The Warsaw subway transporting people
The city of Warsaw, capital of Poland, first had plans to build a subway about 100 years ago. For many reasons, it took until the early 1990s until the first subway train traveled underneath the city in 1994. The planning and development were completed at the Faculty of Transport at the Technical University of Warsaw. A subway system transports millions of people at high speeds and in rapid succession during rush hour. The utmost safety and reliability of such a transport system are key requirements.
Figure 1, courtesy of Kontron, Germany, shows a VMEbus-controlled subway in Warsaw, Poland. The designers selected 3U VMEbus boards and systems from PEP Modular Computers (now a part of Kontron) for this purpose. Real-time transmission of data literally parallel to the rail tracks is executed via optical fiber cables using PROFIBUS protocol. A fiber optic Ethernet is used for a less critical services network. The system has been continuously enlarged and enhanced during the past 12 years. It has shown high reliability at extremely high Mean Time Between Failure (MTBF). After many years of cooperation between the University of Warsaw and Kontron East Europe, Kontron has taken over maintenance and installation. Both partners are still preparing new solutions for the subway and for the traditional railway systems. The most recent upgrade was in 2005; the next upgrade is planned for 2007.
There are two classes of systems that constitute the Warsaw subway control system. They are the Remote Control and Supervisory System and the Computer Interlocking System, one for each subway station. These systems fulfill SIL-4 requirements, the highest railway security level.
A typical system in one of the subway stations (for example, Plac Wilsona = Wilson Place) may have about 3,000 I/O points to manage in real time using OS-9. The initial installation between 1992 and 1994 included 11 subway stations and one dispatcher central system. The real-time fieldbus network PROFIBUS was the largest one worldwide at that time. The number of stations has grown, and some parts of the systems were upgraded (partially with 6U VME cards) during the past 12 years. In 2006-2007, five new subway stations will be added, initially including about 1,000 I/Os. The dispatcher center will get upgraded software without any need to change the hardware. Since the VMEbus is asynchronous, there is no need to replace complete systems if just one or two newer, higher-performance boards are needed within a system. This minimizes operational and investment cost over such a long period of usage. No custom boards or transmission equipment were needed.
During normal operation, the trains are controlled automatically. The operators can concentrate their attention on handling exceptional conditions, error reports, and short-term changes. The central computer receives new information at 660 ms intervals from all the subway stations. The entire system always runs in real time. No messages are sent or events logged after the event. The dispatcher central station system is duplicated at the depot. Fiber optic links are duplicated to provide alternate routes in case of technical problems. Fiber optic transmission was chosen to eliminate electromagnetic interference in copper lines from passing trains only an arm’s length away.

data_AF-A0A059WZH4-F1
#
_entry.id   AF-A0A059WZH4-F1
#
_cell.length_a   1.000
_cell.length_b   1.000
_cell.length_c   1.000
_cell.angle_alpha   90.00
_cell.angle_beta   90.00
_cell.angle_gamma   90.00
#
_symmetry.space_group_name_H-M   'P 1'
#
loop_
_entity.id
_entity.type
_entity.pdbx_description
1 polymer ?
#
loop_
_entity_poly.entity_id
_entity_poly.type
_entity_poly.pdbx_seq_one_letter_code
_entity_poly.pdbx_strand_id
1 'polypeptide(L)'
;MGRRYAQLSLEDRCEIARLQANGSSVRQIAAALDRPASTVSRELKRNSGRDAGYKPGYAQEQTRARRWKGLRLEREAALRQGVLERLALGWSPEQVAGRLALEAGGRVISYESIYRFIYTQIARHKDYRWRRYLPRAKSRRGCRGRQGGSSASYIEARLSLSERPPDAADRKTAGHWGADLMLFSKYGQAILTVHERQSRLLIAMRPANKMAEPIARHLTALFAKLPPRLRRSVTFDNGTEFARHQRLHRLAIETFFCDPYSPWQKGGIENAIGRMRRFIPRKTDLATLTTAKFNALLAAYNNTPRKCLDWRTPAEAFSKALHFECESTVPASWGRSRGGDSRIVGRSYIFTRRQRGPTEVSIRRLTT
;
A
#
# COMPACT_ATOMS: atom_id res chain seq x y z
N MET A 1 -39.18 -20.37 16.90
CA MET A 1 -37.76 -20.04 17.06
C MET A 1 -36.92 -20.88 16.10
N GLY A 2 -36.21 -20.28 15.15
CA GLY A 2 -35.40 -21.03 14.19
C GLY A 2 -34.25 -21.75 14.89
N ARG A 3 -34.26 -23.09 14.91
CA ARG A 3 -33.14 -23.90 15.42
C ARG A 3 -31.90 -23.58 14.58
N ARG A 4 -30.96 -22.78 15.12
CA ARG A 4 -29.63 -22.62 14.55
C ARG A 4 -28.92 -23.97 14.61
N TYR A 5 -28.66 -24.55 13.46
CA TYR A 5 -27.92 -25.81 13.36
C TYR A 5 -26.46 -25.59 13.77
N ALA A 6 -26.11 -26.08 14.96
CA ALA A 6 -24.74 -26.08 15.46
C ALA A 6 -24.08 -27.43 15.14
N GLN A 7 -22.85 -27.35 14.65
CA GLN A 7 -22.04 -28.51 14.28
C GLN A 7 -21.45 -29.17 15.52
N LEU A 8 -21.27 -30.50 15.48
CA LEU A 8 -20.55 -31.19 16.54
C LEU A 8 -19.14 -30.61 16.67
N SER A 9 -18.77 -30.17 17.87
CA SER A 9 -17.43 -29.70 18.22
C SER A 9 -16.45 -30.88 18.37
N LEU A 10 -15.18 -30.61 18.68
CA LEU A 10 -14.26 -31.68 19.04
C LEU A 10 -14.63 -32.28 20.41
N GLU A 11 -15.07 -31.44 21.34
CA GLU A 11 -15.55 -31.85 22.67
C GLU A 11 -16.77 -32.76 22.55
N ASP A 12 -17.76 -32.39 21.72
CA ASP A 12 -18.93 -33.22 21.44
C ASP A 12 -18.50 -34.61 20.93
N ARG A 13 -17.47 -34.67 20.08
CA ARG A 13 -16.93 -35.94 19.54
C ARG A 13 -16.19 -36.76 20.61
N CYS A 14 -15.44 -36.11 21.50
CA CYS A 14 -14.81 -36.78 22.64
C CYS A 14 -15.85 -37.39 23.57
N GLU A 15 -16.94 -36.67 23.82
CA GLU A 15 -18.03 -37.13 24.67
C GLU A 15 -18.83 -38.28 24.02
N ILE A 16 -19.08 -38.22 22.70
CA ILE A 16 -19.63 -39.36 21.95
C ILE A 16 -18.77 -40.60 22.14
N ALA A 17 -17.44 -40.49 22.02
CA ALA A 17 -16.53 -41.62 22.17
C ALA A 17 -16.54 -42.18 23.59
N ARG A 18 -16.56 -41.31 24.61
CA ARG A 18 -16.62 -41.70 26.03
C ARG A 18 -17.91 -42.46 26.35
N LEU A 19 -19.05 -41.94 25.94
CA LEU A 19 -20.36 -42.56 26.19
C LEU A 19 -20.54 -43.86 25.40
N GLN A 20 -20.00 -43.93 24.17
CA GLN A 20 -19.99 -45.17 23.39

The Swiss Light Source transporting particles
The Swiss Light Source (SLS) was described in general terms in VMEbus Systems, August 2006. The FPGA cards mentioned in that issue were part of the VMEbus crates (subracks) that were planned, assembled, and delivered by Hytec Electronics Ltd., UK. Hytec delivered about 150 VMEbus systems using more than 800 VMEbus cards. Most of these cards are hot swappable and carry IP modules (ANSI/VITA 4).
The hot swap is fully VME64x compliant. Carrier cards and IP modules may be swapped out and in without powering down the crate. I/O connections are via rear transition boards, eliminating any cable connector removals during hot swap. The drivers, which support hot swap, were written for the EPICS software environment as used at PSI and in many other worldwide scientific applications.
Hytec supplies LabVIEW VI (Virtual Instrument) drivers for their VME carrier board VTR2535, which allows the capture of waveforms. These are transported to PC via the VME controller card VPI 13331. Up to eight channels may capture different waveforms, which can be superposed. Operating frequencies can be selected. Hardware or software triggers may be initiated. The VTR 2535 digitizer provides 10 MHz, 12-bit digitizing at 512 KB/channel. Read back of the selected range is possible. Separate pre- and post-trigger clock frequencies may be selected. Multiple frequency, single pass mode allows for digitizing at a programmed rate, which is then changed to another rate when triggered until a preset number of post-trigger samples have been taken. Separate pre- and post-trigger and multiple segment memory areas may be set.
For further information, e-mail Hermann at [email protected].